THE AFFORDABILITY, or lack thereof, of health insurance is a national problem. But like many national problems, it is more acute in West Virginia.
The first installment of "Everybody at risk," a summer-long series that began in Sunday's newspaper, highlighted how acute the problem is here, and how much worse it may get.
Almost 300,000 working-age West Virginians don't have insurance, according to a recent survey by the West Virginia University Institute for Health Policy Research. Health-care inflation will drive the cost of insurance up even further, putting it out of reach of even more West Virginians.
"The price of health insurance will roughly double in the next five years if the cost of health care keeps going up like it has been," said Fred Holliday, an analyst for the West Virginia Insurance Commission. "It's straightforward math."
Straightforward, but frightening.
Shortly after he took office, Gov. Bob Wise instructed his department heads to work together to do something about the problem. His goal is get the number of uninsured state residents to zero. His department heads hope to get halfway to that mark in five years. They face an uphill battle.
By 2008, modest coverage for a family may reach $18,000 or more. The per capita income in West Virginia is currently $23,688. Incomes are growing at a far slower rate than health costs, and therefore insurance costs.
Most uninsured West Virginians work. They make too much to be covered by Medicaid, the state-federal program designed to provide coverage for the poor. Some parents do without insurance so they can afford it for their children.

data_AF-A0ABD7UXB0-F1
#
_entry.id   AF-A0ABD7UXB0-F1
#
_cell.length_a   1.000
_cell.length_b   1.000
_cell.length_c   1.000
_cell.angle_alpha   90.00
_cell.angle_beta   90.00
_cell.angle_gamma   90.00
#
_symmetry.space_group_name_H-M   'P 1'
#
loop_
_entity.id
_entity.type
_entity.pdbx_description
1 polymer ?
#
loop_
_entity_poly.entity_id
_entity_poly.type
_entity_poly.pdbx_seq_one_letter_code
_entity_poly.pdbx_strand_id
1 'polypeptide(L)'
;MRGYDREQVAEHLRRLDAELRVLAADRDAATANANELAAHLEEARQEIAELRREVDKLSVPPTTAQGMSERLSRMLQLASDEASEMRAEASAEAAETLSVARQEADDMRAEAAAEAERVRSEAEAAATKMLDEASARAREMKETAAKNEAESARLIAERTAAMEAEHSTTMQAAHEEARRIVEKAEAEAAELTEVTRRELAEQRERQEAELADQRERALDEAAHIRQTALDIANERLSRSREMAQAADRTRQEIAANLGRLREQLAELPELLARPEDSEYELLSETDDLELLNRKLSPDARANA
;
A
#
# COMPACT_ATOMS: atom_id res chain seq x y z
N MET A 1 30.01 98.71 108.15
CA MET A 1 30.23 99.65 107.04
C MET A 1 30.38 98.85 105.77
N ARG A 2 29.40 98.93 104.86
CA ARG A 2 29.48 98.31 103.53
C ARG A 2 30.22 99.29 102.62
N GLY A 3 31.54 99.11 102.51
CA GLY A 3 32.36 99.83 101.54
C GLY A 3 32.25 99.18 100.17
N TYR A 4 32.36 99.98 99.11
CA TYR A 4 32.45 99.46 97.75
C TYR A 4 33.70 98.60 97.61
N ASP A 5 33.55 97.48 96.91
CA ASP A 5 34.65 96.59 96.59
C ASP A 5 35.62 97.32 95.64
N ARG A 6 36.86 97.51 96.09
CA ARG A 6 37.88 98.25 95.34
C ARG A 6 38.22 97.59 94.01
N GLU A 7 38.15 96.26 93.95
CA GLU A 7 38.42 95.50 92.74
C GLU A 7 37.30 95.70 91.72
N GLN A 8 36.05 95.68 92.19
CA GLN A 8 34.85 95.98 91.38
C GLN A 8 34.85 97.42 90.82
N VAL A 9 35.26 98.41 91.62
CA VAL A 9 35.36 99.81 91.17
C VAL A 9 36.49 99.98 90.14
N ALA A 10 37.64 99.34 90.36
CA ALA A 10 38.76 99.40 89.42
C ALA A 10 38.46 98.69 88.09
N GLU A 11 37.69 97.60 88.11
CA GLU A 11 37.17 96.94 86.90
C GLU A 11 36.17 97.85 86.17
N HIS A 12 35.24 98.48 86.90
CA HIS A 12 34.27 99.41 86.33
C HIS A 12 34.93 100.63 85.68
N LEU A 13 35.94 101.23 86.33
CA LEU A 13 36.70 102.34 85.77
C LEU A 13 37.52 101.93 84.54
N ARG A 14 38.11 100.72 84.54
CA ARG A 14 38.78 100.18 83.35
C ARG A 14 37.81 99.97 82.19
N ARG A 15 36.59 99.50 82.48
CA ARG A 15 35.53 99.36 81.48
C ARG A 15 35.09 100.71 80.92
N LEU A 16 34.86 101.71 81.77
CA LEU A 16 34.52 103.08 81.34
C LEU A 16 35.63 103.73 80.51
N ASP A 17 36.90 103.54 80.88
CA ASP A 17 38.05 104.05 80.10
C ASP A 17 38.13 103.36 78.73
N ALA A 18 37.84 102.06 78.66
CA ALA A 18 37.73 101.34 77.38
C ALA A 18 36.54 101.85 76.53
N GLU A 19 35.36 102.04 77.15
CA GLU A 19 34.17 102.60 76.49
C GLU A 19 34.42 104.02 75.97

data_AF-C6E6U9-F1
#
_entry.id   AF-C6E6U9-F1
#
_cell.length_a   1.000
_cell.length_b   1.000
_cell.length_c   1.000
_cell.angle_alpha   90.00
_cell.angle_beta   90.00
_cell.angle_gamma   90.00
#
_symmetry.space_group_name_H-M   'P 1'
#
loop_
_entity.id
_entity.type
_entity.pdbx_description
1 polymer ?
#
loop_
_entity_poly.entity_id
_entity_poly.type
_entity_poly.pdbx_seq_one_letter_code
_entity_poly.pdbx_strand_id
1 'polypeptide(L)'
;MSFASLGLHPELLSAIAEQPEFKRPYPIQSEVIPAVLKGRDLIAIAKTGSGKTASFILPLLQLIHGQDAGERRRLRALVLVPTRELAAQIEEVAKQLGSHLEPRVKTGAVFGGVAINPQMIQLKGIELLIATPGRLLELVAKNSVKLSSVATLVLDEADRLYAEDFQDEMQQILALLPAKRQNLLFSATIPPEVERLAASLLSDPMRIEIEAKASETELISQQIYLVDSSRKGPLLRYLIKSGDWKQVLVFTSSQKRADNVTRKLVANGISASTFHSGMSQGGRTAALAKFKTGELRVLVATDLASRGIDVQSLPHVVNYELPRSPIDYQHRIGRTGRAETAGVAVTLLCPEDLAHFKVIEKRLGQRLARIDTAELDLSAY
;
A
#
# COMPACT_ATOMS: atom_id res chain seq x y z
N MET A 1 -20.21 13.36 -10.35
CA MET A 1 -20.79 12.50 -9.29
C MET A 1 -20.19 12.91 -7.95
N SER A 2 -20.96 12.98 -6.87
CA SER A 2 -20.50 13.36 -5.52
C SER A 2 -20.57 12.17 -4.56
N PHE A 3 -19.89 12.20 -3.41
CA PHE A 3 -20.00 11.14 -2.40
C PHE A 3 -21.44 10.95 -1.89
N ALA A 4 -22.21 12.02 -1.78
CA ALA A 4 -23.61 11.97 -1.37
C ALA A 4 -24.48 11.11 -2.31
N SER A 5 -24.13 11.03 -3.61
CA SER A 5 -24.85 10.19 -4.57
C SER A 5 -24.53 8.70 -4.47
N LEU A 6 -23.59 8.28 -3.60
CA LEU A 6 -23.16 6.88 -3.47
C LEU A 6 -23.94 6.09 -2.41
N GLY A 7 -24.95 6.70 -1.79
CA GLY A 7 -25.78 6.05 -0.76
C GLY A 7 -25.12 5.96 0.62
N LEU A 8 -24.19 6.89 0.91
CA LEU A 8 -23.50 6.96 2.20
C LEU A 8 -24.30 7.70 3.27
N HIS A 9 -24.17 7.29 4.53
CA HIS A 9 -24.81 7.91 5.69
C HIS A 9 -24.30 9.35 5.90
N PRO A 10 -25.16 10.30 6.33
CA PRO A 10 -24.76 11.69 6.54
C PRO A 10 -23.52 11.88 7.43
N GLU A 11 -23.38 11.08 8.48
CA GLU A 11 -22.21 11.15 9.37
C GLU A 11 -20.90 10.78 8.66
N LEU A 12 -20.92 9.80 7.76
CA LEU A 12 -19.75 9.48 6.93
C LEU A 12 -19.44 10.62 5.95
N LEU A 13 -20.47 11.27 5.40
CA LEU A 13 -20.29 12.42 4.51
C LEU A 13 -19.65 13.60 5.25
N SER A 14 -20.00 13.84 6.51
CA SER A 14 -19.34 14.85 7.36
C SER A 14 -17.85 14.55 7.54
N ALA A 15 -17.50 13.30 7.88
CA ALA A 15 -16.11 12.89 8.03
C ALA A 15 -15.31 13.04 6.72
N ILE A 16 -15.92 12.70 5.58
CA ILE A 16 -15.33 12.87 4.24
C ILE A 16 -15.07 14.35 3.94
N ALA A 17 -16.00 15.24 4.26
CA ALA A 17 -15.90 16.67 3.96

The problem will be worse in West Virginia, and sooner, for all the usual reasons: West Virginians on average are older, poorer and have more unhealthy habits than the rest of Americans.
The United States spends twice as much per capita for health care than other developed countries do, but there is no evidence that U.S. care is any better. In fact, America is far down the list in most health indicators, such as infant mortality and average lifespan.
"The whole subject of health-care costs is maddening," said Pat White, West Virginia Health Right administrator. "We're the wealthiest country in the world, but we can't do anything as simple as providing medicine for people who need it. Seems like our priorities are backward. And the numbers just continue to grow."
Universal health care coverage provided by a single-payer system is the ultimate answer. Such systems eliminate insurance bureaucracy and cut costs. But there's little hope for this reform, as long as conservatives control Washington.